In their book, The Godless Constitution, Isaac Kramnick and R. Laurence Moore, note modern day conservatives are rewriting American history to portray our nation beginning as a Christian nation but through liberal courts and judges our nation has become secularized. Nothing could be farther than the truth.
What is true is that many, but not all, of our founding fathers were deeply religious people. It also is true that the Declaration of Independence invokes the Creator in laying out the human rights that propelled the colonists to revolt against England. The Articles of Confederation of 1776, America’s first framework for government, does, it is true, give credit to “the Great Governor of the World.” And it, likewise, is accurate that most of the earliest state constitutions contained an explicit acknowledgement of God, and that 11 of those 13 state constitutions had a religious test for an individual to pass to become an elected official.
All of which makes the achievement of a secular government by the framers of the Constitution so remarkable. When they wrote our constitution they made no mention of God, Jesus or Christianity. The Constitution’s sole reference to religion was one that restricted religion. Article 6 of our nation’s constitution declares “no religious test shall ever be required as a qualification to any office or public trust under the United States.” A person’s religious convictions, or his lack of religious convictions, were irrelevant in judging the value of his political opinion or in assessing his qualifications to hold political office.
So successful were the drafters of the Constitution in defining government in secular terms that one of the most powerful criticisms of the Constitution in the ratification process was that it was indifferent to God. During the ratification conventions in the states outraged Protestants, in their advocacy of a Christian commonwealth, proposed specific changes in the Constitution, all of which, fortunately, were rejected.
The movement to make the United States a Christian nation has never died and has had some success. In 1863 God entered, in of all places, the U.S. currency. In God We Trust was printed on our currency. The move to a Christian commonwealth had another success in 1912 with mail service no longer providing seven day service. And in 1954 God made it into the Pledge of Allegiance. The author of the pledge, Francis Bellamy, a socialist, had left God out.
Recently, individuals wanting the U.S. to be a Christian nation are trying to get God back in school, as if God could be taken out of schools. What has been restricted is forced prayer. School children and employees can voluntarily pray any time they want to pray.
The modern day version of those seeking a Christian commonwealth also are trying to get the Ten Commandments posted in public places. I wonder what version of they want inscribed (There are different versions in the Bible.), if they are aware a shortened version is the one that always gets posted, and if they realize Jeremiah, Ezekiel, and Jesus did not believe the part of the Ten Commandments that has God saying “I bring punishment on those who hate me down to the third and fourth generations.”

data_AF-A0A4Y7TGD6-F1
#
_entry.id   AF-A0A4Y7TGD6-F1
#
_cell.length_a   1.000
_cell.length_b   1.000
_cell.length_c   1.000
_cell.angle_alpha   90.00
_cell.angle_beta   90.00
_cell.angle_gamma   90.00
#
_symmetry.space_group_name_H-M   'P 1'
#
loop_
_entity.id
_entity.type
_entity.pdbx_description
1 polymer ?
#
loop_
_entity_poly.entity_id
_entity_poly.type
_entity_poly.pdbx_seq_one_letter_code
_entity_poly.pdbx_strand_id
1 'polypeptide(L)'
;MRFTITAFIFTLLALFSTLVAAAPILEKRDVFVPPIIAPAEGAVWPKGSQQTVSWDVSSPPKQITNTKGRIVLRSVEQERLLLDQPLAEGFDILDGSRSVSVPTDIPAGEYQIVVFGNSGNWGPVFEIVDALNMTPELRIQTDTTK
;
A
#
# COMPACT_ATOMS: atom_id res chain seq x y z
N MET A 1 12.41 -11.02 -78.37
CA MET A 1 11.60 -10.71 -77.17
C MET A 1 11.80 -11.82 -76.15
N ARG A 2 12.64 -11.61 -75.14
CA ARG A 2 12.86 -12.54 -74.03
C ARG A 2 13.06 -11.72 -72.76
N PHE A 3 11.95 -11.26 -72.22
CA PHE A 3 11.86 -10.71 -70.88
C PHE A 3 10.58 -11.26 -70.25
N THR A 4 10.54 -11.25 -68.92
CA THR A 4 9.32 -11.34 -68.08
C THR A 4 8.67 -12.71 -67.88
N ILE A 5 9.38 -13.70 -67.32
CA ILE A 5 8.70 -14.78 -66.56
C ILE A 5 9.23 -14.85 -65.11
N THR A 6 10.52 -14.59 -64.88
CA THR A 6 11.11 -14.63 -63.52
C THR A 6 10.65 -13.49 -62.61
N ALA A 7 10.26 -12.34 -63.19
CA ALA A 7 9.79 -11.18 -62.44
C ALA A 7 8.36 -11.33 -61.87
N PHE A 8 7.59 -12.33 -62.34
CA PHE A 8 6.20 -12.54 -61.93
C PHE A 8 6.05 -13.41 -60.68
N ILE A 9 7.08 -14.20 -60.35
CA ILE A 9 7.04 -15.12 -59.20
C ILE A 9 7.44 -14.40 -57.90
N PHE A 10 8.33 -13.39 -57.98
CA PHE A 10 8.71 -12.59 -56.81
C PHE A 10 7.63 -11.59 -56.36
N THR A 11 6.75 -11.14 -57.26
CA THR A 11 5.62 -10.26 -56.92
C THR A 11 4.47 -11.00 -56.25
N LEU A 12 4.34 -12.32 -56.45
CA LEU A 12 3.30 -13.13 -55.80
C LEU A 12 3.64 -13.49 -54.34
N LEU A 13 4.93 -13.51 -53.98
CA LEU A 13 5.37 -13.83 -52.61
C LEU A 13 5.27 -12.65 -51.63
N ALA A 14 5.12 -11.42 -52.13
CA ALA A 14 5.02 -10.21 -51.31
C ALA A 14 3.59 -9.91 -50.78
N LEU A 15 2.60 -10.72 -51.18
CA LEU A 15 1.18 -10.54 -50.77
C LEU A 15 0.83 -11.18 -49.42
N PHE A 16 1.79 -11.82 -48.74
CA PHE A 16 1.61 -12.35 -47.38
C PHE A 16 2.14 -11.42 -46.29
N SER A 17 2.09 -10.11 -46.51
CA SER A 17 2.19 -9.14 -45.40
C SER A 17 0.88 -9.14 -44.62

Being a Baptist, who historically stressed freedom of religion included freedom from religion, I wish I could force others, not to pray or read the Ten Commandments, but to learn about Thomas Jefferson. When Jefferson ran for President he was accused of being an infidel by religious conservatives, but he was a free thinking Christian. Jefferson wrote: “Almighty God hath created the mind free.” Unfortunately, preachers, according to Jefferson, had missed this important development. Jefferson believed all denominations should be like the Quakers who don’t have clergy. Jefferson said clergy—he called them the irritable tribe of priests—had perverted Christianity into “an engine for enslaving mankind, a mere contrivance to filch wealth and power to themselves.” In addition, Jefferson noted “all priests dread the advance of science….They preach bigotry and fanaticism at the expense of human reason. A band of dupes and impostors they sponsor ignorance, absurdity untruth, charlatanism, and falsification.” Jefferson, aware of the violent nature of Christians, wrote: “Millions of innocent men, women, and children, since the introduction of Christianity have been burnt, tortured, fined, imprisoned.”
The framers of our nation’s constitution, aware of Europe’s history of ecclesiastical tyranny and violence, created a godless constitution and a secular government. They shared a conviction that religious beliefs should not divide or destroy a nation. Jefferson and others did not want America to be godless, only its constitution and government. The framers knew there were many versions of Christianity, that Christians could be unchristian to other Christians and to non-Christians, and that “in your face” religion was not healthy for the country. They were aware religious correctness and people who were sure of God’s will could be very dangerous. And for their wisdom and foresight we should all be thankful.